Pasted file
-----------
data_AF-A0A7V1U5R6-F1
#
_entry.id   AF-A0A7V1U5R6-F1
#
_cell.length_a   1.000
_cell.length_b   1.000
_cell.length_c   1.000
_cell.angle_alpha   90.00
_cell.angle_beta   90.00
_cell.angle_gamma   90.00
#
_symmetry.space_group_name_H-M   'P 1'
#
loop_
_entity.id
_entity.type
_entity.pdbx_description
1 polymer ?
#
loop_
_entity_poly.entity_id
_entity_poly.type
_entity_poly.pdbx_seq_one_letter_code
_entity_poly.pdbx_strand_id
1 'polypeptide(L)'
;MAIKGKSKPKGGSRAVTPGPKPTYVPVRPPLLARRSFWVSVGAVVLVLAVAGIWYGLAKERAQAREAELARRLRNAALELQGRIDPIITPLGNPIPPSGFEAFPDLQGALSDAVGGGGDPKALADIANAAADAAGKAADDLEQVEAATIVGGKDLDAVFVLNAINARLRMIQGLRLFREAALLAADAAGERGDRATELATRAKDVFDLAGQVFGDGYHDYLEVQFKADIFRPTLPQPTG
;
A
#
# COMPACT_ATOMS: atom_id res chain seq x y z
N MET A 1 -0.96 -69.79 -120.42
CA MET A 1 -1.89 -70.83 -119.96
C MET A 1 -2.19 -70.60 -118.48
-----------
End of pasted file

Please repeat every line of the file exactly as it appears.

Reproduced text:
data_AF-A0A7V1U5R6-F1
#
_entry.id   AF-A0A7V1U5R6-F1
#
_cell.length_a   1.000
_cell.length_b   1.000
_cell.length_c   1.000
_cell.angle_alpha   90.00
_cell.angle_beta   90.00
_cell.angle_gamma   90.00
#
_symmetry.space_group_name_H-M   'P 1'
#
loop_
_entity.id
_entity.type
_entity.pdbx_description
1 polymer ?
#
loop_
_entity_poly.entity_id
_entity_poly.type
_entity_poly.pdbx_seq_one_letter_code
_entity_poly.pdbx_strand_id
1 'polypeptide(L)'
;MAIKGKSKPKGGSRAVTPGPKPTYVPVRPPLLARRSFWVSVGAVVLVLAVAGIWYGLAKERAQAREAELARRLRNAALELQGRIDPIITPLGNPIPPSGFEAFPDLQGALSDAVGGGGDPKALADIANAAADAAGKAADDLEQVEAATIVGGKDLDAVFVLNAINARLRMIQGLRLFREAALLAADAAGERGDRATELATRAKDVFDLAGQVFGDGYHDYLEVQFKADIFRPTLPQPTG
;
A
#
# COMPACT_ATOMS: atom_id res chain seq x y z
N MET A 1 -0.96 -69.79 -120.42
CA MET A 1 -1.89 -70.83 -119.96
C MET A 1 -2.19 -70.60 -118.48